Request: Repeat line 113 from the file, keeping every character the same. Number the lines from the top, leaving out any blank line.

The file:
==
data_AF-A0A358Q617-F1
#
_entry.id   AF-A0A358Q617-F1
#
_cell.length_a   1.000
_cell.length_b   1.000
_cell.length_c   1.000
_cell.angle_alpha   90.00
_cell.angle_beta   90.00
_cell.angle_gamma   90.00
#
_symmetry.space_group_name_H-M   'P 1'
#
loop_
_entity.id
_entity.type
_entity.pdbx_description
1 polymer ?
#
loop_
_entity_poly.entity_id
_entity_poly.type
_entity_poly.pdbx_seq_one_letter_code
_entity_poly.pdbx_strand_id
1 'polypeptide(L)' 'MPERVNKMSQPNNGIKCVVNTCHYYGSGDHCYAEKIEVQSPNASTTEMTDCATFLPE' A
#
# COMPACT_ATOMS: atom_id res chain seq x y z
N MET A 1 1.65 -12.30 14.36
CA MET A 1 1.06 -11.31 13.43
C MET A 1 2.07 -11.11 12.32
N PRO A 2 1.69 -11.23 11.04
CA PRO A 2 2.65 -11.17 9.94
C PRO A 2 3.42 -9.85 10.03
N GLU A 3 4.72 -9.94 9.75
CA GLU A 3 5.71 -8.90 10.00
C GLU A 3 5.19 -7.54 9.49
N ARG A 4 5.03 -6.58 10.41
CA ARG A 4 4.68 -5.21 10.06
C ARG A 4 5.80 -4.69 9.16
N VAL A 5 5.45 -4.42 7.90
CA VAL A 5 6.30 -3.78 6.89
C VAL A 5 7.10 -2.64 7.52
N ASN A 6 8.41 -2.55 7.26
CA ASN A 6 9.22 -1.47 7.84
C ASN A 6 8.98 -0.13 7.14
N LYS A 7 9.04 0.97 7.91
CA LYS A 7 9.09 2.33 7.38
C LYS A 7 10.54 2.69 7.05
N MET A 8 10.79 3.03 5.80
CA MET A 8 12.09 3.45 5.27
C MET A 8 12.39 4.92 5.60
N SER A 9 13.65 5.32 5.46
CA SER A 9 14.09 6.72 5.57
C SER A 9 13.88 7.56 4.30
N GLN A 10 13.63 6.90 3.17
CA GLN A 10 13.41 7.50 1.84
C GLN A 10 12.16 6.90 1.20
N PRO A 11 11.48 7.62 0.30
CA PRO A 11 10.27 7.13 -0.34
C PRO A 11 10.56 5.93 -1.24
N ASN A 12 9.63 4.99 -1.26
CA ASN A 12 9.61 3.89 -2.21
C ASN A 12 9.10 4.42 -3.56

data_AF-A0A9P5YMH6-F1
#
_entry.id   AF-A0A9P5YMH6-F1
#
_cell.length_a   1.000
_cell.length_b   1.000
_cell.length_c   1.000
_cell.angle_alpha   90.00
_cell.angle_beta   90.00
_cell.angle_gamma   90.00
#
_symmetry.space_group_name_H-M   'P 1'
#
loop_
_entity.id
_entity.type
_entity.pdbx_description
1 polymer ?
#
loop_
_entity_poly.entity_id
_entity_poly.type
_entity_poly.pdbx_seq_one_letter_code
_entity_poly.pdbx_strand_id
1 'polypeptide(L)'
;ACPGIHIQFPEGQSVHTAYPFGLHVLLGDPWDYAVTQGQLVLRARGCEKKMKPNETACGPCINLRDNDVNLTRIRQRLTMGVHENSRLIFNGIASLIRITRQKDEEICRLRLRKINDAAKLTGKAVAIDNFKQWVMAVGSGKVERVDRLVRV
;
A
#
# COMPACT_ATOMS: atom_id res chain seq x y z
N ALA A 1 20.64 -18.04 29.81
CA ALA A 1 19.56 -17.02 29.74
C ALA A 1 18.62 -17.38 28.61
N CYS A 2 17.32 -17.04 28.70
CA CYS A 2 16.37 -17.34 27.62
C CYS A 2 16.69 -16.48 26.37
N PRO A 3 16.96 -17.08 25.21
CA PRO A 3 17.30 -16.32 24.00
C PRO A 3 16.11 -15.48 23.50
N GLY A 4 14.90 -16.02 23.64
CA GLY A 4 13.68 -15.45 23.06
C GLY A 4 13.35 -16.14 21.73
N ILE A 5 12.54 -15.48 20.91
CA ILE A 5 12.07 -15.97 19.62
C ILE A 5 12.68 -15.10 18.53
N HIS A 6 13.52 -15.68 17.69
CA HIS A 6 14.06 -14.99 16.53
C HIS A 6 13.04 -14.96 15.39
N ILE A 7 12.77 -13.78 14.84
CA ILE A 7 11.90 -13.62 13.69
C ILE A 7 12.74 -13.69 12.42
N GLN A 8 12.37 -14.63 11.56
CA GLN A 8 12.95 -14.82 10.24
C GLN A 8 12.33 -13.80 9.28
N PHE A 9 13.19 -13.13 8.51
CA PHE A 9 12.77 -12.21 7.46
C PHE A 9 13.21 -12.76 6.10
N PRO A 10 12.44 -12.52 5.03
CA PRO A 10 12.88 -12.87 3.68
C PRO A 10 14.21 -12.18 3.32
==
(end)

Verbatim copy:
CA ILE A 7 11.90 -13.62 13.69